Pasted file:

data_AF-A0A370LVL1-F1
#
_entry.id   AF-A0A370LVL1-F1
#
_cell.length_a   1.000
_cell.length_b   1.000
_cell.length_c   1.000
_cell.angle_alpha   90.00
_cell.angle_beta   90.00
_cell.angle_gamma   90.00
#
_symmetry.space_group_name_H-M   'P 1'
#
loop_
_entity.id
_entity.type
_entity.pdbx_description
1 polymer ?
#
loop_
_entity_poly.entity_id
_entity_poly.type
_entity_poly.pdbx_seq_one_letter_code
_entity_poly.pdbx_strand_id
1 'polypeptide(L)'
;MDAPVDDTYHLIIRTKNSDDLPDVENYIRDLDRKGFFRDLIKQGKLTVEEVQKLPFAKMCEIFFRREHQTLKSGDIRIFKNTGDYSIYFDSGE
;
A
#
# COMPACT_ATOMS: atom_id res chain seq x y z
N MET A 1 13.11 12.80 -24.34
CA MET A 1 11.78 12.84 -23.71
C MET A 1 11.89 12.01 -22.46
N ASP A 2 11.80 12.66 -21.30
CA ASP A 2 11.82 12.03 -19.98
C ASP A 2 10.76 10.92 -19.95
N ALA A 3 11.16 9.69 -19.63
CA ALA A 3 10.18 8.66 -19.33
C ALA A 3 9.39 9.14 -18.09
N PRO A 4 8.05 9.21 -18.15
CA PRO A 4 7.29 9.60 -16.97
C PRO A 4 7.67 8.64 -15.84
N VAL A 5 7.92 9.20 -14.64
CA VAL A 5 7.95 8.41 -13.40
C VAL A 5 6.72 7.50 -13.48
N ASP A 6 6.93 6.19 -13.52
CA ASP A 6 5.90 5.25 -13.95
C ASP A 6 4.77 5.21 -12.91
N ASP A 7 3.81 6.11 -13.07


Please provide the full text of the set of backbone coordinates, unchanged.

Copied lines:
data_AF-A0A370LVL1-F1
#
_entry.id   AF-A0A370LVL1-F1
#
_cell.length_a   1.000
_cell.length_b   1.000
_cell.length_c   1.000
_cell.angle_alpha   90.00
_cell.angle_beta   90.00
_cell.angle_gamma   90.00
#
_symmetry.space_group_name_H-M   'P 1'
#
loop_
_entity.id
_entity.type
_entity.pdbx_description
1 polymer ?
#
loop_
_entity_poly.entity_id
_entity_poly.type
_entity_poly.pdbx_seq_one_letter_code
_entity_poly.pdbx_strand_id
1 'polypeptide(L)'
;MDAPVDDTYHLIIRTKNSDDLPDVENYIRDLDRKGFFRDLIKQGKLTVEEVQKLPFAKMCEIFFRREHQTLKSGDIRIFKNTGDYSIYFDSGE
;
A
#
# COMPACT_ATOMS: atom_id res chain seq x y z
N MET A 1 13.11 12.80 -24.34
CA MET A 1 11.78 12.84 -23.71
C MET A 1 11.89 12.01 -22.46
N ASP A 2 11.80 12.66 -21.30
CA ASP A 2 11.82 12.03 -19.98
C ASP A 2 10.76 10.92 -19.95
N ALA A 3 11.16 9.69 -19.63
CA ALA A 3 10.18 8.66 -19.33
C ALA A 3 9.39 9.14 -18.09
N PRO A 4 8.05 9.21 -18.15
CA PRO A 4 7.29 9.60 -16.97
C PRO A 4 7.67 8.64 -15.84
N VAL A 5 7.92 9.20 -14.64
CA VAL A 5 7.95 8.41 -13.40
C VAL A 5 6.72 7.50 -13.48
N ASP A 6 6.93 6.19 -13.52
CA ASP A 6 5.90 5.25 -13.95
C ASP A 6 4.77 5.21 -12.91
N ASP A 7 3.81 6.11 -13.07